Volume 45 Number 41
                    Produced: Fri Oct 29  5:31:21 EDT 2004

Subjects Discussed In This Issue: 

clop for "U'lchaparat Pasha" (2)
         [<chips@...>, Nathan Lamm]
Hillel Houses
         [Carl Singer]
Modern Orthodoxy---Does the term have meaning/reference?
         [Russell Jay Hendel]
music and Fuchs Mizrachi School
         [Rabbi Shmuel Jablon]
Who is modern Orthodox? (3)
         [Joel Rich, David Maslow, Shoshana Ziskind]
Who is "Modern Orthodox"
         [Carl Singer]


From: <chips@...>
Date: Tue, 26 Oct 2004 21:09:40 -0700
Subject: Re: clop for "U'lchaparat Pasha"

> When I hear banging it throws me totally "out of kavana" and there's
> less of a chance I'd remember anything. 

	That is basically the point of the banging, to help ensure that
people do indeed break out of their routine. If you can't figure that
there is something to keep in mind when you hear the "bang" then I would
suggest looking at the place where they put up signs about such things
when you hear it.

From: Nathan Lamm <nelamm18@...>
Date: Mon, 25 Oct 2004 05:44:12 -0700 (PDT)
Subject: clop for "U'lchaparat Pasha"

The alternative to clopping offered by Batya Medad- one or two people
saying it out loud- can also get out of hand. I often have my kavana
disturbed when numerous people take it upon themselves to do so, or when
it continues for (literally) months, or when someone insists on saying
"Ata Chonantanu" every single week.


From: Carl Singer <casinger@...>
Date: Tue, 26 Oct 2004 08:32:39 -0400
Subject: Hillel Houses

I must admit that it's been 40 years since I first stepped into a Hillel
House.  I can think of many positive things Hillel accomplished:

It served as a meeting place for Jewish boys and girls to meet each
other -- increasing the odds (especially among the non-observant) that
they'd be dating other Jews.  Certainly this has halachic problems when
"Rachel Cohen" is "Rachel O'Reilly Cohen" (Father Jewish, Mother not) --
but Hillel wasn't meant to solve all of the world's problems.
Nonetheless, there are plenty of Jewish couples who met a Hillel Houses,
NCSY, B'nai Brith BBYO - AZA, and lots of other venues that "frummies"
would deride.

Hillel provided kosher food for those who needed it.

Hillel provided a minyan, also.

One of my sons started a learning chevrusah program (hosted by Hillel)
at his school.

Hillel provided a Jewish presence on campus for those who need it for
whatever purposes: A voice to combat anti-semitism and also source for
bland articles in the campus newspaper about Succos, or Chanuakah or

I am in no way affiliated with Hillel so I cannot speak on their behalf
-- the above forty year old observations to me indicate that the glass
is much more than half full.  Detractors can jump in and show it half
empty if they so choose.

Carl Singer


From: <chips@...>
Date: Tue, 26 Oct 2004 21:09:40 -0700
Subject: Re: Honey

>  sold honey. I asked the LOR for a hechsher, and he said that honey
> does not need one, but he gave me a hechsher for the non knowing
> mahmirim.

	Which brings to my mind the fascinating question of: Why is
honey kosher at all?  [and if you are going to site Tosfos, make sure
that the Tosfos is factually correct first.]

I actually do not believe that honey would be considered kosher if it
was "discovered" after the time of the Neviim. I do not doubt that it is
indeed kosher, as Yehonoson ate it , and from the comb itself no less.



From: Russell Jay Hendel <rjhendel@...>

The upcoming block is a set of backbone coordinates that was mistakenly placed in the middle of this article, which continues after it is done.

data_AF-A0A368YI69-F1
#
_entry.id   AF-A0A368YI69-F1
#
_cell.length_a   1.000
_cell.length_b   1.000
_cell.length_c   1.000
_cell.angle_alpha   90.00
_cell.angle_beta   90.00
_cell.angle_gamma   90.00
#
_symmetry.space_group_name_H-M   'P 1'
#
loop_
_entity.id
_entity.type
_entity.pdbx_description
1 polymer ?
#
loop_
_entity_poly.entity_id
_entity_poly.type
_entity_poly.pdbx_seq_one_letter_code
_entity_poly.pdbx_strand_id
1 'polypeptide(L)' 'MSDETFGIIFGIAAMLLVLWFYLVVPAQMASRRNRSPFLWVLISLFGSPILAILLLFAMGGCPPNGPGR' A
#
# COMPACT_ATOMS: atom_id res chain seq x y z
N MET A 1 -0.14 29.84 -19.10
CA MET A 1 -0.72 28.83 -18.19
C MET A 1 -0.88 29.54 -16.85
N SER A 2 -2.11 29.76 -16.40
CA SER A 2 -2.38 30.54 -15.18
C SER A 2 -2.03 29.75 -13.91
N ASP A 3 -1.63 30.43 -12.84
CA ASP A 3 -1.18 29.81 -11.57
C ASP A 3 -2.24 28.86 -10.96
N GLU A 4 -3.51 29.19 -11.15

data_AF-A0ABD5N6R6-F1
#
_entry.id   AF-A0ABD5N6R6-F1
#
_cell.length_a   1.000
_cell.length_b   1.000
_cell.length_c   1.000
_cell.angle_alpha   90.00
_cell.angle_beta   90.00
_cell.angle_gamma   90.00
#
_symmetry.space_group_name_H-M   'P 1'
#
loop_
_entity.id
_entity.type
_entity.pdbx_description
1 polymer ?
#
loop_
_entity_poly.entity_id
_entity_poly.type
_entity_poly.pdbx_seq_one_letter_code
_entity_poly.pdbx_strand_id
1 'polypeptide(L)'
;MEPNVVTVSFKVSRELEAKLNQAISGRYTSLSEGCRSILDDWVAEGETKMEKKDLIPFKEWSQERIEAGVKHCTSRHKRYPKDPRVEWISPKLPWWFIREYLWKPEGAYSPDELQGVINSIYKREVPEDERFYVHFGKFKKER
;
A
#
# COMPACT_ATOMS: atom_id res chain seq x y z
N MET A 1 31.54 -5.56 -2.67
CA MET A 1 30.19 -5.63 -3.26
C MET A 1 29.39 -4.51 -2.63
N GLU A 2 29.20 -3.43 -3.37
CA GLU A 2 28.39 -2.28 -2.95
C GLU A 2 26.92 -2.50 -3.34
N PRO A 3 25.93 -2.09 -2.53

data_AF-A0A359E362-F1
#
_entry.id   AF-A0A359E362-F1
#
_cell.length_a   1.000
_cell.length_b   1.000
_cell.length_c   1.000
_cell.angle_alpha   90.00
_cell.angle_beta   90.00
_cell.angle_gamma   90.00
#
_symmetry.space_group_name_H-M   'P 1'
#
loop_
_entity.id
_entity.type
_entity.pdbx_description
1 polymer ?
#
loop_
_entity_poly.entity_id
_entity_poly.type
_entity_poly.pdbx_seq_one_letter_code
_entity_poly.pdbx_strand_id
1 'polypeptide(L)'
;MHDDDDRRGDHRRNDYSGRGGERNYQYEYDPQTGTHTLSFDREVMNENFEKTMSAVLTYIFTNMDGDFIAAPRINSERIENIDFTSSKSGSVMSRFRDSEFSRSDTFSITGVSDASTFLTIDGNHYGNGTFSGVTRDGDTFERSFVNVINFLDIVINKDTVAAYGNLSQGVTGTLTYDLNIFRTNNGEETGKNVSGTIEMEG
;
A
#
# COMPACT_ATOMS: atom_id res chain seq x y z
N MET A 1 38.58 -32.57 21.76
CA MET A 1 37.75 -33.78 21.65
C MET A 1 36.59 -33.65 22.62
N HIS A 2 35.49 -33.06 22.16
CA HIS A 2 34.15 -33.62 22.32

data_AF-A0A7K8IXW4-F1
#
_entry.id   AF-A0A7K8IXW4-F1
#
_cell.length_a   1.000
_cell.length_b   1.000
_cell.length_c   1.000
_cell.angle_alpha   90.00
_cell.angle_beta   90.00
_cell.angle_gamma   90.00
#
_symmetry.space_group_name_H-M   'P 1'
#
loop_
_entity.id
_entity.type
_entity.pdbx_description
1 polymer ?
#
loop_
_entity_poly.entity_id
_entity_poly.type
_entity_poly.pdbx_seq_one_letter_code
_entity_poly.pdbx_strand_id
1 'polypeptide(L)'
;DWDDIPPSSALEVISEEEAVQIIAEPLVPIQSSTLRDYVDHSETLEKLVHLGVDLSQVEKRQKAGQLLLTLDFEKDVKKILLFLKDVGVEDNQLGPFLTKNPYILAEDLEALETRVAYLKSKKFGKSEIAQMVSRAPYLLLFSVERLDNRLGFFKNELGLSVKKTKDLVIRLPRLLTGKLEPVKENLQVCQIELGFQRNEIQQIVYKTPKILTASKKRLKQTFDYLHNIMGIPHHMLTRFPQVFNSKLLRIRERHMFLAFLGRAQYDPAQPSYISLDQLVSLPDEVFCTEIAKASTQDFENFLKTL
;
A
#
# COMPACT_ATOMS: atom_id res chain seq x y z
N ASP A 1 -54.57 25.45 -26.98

Date: Wed, 27 Oct 2004 03:00:25 GMT
Subject: RE: Modern Orthodoxy---Does the term have meaning/reference?

Having read several of the postings I have to ask some serious questions.

First: It would appear very dangerous to identify modern orthodoxy with
observance---ALL orthodoxys must advocate observance....one could argue
that modern orthodoxy differs from non-modern orthodoxy in certain
observances (like tolerating mechizahs....but I hardly think this a
definition of a movement).

I am also wary of defining modern orthodoxy by the embracement of
secular values. For example is a person modern orthodox because they
learned computer languages and practice programming? How is that
different than the Tanaiim and Emoraiim (Talmudic scholars) who were
woodcutters and shoemakers. My point is that in every generation there
will non-teaching jobs and these jobs will be secular. How then can we
define a modern orthodoxy movement based on its secular jobs when every
generation has them.  Indeed the patriarch Jacob defined Zevulun as a
sea-merchant--does that make Zevulun modern-orthodoxy.

We might try and define modern orthodoxy by entertainment....modern
orthodox people enjoy secular movies, theater, music etc But anyone
involved in the secular world because of their job must be exposed to
one extent or another to these things. If a person practices juggling or
jogging in his spare time should they be classified as modern-orthodox?

Finally we have the favorite definition---by modesty laws. While there
are certainly groups whose women have long skirts and whom avoid secular
entertainment with exposure to immodest scenes...but does this justify
defining a movement? For example: Suppose a man has been rejected badly
and decides to abstain from movies for a while---is that man all of a
sudden non-modern orthodox. Suppose a non-orthodox couple goes for
therapy and expose themselves (privately) to immodest scenes to improve
their marriage...have they temporarily left the fold? My point here is
that abstention from immodest scenes is not an attributeof a movement
but something many people do at one point or another in their life.  The
Biblical Nazirite is suppose to have gone on "his religious trip"
because he saw an adulteress and therefore decided to abstain from
wine....this is a psychological experience not a "movement".

There is an underlying theme in the above....it would be more productive
in terms of discussion if we regarded various attributes as responses to
real-world situations vs. classifying them as movements. The 4 items I
have reviewed above: a) Observance of Jewish law b) secular jobs c)
Secular entertainment d) avoidance of immodesty---these items are things
we all do independent of where we belong. It would therefore be more
productive to discuss those circumstances when eg. over or under
involvment in secular entertainment is good or bad.

My position here is not simply advocating unity....but rather more
fundamentally as perceiving and ACKNOWLEDGING the multiplicity of forces
under which we have all lived in all times.

I hope the above changes the direction of this thread and elicits